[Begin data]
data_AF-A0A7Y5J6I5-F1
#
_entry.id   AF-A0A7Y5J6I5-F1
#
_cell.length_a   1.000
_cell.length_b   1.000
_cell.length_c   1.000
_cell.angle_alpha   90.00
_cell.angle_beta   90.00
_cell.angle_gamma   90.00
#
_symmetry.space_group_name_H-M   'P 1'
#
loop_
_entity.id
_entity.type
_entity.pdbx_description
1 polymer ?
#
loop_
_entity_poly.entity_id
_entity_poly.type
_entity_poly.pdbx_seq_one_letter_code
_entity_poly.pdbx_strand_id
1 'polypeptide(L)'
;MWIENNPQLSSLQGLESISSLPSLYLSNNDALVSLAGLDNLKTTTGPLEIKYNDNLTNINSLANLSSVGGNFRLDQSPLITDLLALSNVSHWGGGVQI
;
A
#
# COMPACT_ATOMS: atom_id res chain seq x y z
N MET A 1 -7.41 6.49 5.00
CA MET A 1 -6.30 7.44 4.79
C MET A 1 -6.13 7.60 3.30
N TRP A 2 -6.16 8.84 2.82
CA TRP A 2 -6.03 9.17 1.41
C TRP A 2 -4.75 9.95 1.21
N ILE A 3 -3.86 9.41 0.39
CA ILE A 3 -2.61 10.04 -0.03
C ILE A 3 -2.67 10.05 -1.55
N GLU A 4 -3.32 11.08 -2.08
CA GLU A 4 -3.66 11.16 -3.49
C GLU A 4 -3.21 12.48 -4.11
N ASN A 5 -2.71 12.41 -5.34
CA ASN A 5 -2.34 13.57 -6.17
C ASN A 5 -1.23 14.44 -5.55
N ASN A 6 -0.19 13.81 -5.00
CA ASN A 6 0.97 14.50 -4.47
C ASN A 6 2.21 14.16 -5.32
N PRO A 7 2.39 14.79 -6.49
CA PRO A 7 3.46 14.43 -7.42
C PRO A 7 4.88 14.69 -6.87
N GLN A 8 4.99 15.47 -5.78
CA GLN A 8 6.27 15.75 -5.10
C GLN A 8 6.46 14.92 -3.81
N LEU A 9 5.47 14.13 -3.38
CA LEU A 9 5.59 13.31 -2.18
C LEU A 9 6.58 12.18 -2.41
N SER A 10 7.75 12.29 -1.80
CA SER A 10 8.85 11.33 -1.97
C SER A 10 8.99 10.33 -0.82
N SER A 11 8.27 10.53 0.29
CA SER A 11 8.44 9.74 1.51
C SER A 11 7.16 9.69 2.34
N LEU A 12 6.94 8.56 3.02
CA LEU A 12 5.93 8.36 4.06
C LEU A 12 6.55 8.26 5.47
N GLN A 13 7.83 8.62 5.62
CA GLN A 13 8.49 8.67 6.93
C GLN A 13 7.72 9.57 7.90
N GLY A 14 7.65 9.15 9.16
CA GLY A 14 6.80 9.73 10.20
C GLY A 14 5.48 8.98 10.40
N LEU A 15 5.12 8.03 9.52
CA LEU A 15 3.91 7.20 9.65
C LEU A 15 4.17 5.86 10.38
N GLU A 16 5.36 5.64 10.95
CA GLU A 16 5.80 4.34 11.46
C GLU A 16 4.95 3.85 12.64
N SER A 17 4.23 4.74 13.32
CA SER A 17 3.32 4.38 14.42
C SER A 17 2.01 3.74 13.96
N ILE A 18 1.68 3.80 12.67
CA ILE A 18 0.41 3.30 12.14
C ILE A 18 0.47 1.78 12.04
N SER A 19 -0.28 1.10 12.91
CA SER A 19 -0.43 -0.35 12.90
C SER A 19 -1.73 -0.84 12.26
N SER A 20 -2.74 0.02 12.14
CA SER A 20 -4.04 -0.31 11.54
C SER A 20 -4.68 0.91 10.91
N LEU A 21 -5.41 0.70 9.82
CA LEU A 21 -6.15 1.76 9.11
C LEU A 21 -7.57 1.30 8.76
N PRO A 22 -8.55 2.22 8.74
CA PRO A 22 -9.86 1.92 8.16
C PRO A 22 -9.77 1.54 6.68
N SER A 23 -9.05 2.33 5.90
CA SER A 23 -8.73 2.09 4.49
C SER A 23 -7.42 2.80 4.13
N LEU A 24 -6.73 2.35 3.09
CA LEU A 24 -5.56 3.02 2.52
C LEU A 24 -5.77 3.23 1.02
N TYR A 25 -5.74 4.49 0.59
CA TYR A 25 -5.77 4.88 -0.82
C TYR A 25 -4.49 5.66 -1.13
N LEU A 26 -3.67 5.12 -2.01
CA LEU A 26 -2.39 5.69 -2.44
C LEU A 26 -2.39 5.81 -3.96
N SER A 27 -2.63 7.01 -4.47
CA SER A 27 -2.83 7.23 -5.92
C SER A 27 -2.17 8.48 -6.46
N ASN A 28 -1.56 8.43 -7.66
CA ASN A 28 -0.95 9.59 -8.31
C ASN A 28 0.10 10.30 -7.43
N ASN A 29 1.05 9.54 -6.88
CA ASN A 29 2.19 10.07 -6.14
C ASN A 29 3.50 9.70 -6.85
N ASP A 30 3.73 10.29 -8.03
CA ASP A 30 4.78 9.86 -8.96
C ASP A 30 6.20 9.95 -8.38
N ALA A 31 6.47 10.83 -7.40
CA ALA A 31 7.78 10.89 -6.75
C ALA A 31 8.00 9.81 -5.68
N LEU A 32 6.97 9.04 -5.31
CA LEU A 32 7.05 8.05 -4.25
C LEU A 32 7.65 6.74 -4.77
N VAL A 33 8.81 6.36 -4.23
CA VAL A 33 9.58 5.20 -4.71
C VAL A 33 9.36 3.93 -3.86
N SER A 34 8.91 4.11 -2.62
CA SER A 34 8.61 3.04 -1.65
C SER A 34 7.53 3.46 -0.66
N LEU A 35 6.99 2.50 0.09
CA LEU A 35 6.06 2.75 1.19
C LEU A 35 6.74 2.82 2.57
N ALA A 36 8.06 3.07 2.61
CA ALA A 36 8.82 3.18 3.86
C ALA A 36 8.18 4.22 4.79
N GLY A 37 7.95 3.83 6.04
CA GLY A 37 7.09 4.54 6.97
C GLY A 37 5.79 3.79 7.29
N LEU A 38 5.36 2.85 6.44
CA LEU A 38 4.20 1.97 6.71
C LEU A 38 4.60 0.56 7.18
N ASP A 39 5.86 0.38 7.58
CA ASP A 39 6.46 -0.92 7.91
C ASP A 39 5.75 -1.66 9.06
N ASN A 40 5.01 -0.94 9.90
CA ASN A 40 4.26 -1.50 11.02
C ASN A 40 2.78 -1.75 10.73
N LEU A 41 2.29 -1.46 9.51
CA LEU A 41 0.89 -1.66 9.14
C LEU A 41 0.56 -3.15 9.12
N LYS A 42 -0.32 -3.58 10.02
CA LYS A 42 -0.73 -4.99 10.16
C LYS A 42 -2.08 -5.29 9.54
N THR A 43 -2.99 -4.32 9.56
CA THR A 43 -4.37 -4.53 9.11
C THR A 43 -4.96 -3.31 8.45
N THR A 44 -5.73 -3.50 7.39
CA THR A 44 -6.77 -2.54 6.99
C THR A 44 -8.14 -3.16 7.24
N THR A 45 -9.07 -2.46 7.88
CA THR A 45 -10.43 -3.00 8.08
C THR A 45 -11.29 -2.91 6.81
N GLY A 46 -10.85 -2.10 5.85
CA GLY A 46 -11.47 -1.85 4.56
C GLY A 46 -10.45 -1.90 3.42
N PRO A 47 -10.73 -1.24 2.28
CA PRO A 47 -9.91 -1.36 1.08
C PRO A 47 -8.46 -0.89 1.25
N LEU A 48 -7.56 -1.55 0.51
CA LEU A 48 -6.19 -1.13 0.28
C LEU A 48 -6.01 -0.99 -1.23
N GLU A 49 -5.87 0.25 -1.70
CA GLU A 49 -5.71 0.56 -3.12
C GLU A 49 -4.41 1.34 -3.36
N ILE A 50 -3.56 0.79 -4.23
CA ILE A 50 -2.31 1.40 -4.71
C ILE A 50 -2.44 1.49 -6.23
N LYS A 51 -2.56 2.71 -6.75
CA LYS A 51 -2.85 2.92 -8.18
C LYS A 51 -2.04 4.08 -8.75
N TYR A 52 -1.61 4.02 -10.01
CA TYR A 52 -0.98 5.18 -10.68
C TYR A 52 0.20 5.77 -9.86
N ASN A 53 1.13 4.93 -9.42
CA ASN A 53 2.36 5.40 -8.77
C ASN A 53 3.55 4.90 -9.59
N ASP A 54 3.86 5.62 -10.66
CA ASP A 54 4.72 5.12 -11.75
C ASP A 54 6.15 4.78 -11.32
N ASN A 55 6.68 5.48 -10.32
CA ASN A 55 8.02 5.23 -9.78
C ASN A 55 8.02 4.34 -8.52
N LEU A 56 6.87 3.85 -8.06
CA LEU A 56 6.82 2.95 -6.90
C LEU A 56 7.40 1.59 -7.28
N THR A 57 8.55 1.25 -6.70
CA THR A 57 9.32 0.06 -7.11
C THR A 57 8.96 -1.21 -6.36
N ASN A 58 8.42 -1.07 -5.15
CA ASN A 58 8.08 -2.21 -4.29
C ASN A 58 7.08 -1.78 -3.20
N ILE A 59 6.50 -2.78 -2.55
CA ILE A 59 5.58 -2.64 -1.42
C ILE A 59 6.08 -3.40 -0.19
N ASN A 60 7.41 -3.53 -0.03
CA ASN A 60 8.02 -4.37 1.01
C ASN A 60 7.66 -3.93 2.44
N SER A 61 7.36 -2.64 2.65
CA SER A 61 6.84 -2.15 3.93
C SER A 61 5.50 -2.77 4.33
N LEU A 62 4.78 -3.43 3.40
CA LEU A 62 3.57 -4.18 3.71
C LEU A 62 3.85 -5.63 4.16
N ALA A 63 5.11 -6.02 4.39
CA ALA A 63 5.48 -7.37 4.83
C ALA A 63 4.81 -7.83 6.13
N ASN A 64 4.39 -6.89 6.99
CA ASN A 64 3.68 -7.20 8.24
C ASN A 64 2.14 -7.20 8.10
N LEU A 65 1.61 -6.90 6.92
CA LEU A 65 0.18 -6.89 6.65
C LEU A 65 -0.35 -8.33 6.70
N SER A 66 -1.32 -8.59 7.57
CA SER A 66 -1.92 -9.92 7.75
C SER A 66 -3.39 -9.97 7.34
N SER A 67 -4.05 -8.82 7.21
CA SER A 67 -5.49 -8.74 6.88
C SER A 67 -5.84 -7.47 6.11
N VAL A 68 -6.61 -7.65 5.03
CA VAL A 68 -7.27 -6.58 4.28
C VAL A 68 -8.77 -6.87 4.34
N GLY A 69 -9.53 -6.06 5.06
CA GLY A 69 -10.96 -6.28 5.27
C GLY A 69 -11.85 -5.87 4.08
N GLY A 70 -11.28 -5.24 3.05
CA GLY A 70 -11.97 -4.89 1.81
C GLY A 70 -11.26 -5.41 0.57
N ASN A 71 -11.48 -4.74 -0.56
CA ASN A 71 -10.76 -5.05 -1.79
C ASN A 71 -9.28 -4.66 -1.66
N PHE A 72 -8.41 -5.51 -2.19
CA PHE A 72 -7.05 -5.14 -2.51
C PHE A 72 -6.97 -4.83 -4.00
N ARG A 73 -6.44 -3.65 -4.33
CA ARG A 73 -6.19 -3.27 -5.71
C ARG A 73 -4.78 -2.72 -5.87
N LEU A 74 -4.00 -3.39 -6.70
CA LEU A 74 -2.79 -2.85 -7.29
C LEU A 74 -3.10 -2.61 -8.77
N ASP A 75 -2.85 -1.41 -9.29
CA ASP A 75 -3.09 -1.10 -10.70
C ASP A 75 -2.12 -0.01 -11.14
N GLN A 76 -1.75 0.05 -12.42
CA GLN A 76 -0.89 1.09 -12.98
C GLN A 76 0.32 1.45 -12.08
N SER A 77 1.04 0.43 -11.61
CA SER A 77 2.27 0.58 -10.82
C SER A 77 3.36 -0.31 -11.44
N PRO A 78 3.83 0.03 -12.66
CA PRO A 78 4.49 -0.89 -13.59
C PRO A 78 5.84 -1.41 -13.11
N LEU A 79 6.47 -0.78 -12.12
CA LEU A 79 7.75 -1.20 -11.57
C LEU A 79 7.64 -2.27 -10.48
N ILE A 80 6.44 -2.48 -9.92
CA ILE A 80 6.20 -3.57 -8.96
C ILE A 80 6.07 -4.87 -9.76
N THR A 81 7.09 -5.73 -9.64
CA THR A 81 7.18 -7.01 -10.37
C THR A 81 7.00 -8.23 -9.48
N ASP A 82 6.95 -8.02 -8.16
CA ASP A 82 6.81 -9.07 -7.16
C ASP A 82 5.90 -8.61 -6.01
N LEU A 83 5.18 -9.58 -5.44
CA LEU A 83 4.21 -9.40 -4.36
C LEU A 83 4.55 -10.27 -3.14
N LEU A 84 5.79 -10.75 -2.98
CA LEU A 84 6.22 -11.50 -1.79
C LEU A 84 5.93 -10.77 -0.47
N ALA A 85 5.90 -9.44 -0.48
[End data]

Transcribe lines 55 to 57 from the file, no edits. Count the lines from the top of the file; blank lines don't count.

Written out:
N LEU A 9 5.47 14.13 -3.38
CA LEU A 9 5.59 13.31 -2.18
C LEU A 9 6.58 12.18 -2.41